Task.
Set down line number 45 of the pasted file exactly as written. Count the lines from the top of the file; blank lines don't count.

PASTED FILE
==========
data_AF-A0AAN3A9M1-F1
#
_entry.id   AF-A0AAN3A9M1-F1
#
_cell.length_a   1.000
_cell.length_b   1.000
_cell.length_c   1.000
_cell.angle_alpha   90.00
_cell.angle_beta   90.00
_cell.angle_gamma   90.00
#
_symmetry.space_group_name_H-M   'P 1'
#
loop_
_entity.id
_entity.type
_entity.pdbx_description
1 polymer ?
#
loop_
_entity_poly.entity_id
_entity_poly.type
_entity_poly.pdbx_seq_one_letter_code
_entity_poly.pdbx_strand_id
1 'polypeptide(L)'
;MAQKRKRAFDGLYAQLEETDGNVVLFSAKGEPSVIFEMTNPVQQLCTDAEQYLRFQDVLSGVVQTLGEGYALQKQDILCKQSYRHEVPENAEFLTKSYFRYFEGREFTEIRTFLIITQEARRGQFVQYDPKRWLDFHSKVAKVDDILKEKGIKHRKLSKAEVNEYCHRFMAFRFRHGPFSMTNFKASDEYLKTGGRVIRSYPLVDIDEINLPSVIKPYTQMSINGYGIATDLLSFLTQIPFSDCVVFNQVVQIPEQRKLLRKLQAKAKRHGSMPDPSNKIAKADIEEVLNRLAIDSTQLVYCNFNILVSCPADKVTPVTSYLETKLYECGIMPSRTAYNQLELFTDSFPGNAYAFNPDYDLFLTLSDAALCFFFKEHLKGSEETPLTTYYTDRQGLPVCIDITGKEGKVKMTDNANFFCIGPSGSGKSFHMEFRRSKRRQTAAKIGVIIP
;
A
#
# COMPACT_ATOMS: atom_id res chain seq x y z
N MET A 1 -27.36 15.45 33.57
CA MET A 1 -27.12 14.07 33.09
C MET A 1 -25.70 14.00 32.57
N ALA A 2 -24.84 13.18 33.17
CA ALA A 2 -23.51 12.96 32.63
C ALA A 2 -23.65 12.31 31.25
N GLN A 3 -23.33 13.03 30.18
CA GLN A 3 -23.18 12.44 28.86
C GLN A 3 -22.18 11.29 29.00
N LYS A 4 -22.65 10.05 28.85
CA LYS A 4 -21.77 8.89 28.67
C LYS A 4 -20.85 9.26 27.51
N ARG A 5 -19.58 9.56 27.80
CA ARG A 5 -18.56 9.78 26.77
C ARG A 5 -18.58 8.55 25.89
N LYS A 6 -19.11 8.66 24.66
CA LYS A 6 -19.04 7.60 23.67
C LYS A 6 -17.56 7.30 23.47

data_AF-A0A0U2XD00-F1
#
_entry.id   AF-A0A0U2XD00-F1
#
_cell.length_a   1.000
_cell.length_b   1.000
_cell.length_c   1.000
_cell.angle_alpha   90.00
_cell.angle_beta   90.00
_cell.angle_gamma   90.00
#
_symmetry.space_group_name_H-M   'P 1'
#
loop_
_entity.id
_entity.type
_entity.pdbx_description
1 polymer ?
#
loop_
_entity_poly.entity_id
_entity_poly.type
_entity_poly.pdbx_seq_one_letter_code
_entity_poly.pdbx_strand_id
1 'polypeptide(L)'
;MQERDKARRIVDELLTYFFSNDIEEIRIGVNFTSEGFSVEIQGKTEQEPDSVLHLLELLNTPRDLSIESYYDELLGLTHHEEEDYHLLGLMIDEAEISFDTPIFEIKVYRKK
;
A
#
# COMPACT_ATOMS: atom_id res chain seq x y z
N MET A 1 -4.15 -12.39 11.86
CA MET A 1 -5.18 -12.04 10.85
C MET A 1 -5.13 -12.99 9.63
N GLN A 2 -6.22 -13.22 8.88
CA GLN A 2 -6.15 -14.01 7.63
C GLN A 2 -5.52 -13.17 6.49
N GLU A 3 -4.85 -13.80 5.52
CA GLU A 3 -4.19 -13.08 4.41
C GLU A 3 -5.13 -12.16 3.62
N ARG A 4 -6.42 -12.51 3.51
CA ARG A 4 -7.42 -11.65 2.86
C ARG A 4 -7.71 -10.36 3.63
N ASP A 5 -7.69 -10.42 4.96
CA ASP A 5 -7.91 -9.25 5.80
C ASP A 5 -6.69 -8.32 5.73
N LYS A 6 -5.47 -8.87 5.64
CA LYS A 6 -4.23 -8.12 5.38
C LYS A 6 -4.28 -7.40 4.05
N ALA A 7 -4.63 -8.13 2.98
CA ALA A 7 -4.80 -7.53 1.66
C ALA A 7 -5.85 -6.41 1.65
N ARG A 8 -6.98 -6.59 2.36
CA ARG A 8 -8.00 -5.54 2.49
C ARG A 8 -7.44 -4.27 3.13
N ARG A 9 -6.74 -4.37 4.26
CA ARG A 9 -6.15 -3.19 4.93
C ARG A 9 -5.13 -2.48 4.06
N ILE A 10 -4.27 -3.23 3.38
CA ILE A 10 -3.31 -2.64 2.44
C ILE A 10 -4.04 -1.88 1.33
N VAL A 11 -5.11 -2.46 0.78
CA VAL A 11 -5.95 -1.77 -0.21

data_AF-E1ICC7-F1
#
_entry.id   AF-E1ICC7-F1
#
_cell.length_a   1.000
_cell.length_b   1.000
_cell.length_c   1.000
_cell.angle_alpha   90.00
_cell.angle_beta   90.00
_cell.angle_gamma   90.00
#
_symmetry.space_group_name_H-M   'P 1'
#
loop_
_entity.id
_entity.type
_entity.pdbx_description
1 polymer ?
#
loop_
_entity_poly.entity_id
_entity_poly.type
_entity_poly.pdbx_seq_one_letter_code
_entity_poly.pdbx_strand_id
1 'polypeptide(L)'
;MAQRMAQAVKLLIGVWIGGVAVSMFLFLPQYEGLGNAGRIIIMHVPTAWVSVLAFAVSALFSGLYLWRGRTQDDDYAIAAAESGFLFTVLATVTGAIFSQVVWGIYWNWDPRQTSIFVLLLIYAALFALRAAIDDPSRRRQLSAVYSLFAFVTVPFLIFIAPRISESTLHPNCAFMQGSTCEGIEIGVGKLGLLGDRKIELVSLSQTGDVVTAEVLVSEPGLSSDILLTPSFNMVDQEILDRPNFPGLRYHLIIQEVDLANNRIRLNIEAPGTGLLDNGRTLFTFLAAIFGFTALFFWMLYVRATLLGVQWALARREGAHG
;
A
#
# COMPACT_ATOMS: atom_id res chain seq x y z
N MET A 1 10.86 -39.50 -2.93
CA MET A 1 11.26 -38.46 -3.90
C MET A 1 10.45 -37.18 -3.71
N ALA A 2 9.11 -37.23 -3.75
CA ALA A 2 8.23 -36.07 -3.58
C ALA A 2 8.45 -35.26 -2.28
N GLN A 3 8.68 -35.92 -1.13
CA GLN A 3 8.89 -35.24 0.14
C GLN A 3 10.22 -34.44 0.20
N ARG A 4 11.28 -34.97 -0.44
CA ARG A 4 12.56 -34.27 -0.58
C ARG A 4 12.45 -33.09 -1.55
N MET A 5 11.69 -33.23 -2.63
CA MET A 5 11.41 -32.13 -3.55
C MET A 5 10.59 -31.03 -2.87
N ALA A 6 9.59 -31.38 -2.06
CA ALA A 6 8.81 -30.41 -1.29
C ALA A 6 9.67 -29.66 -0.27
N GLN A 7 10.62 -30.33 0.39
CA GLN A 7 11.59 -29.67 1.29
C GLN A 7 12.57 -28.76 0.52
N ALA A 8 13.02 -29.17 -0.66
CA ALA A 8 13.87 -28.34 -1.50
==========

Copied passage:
C ARG A 5 -18.58 8.55 25.89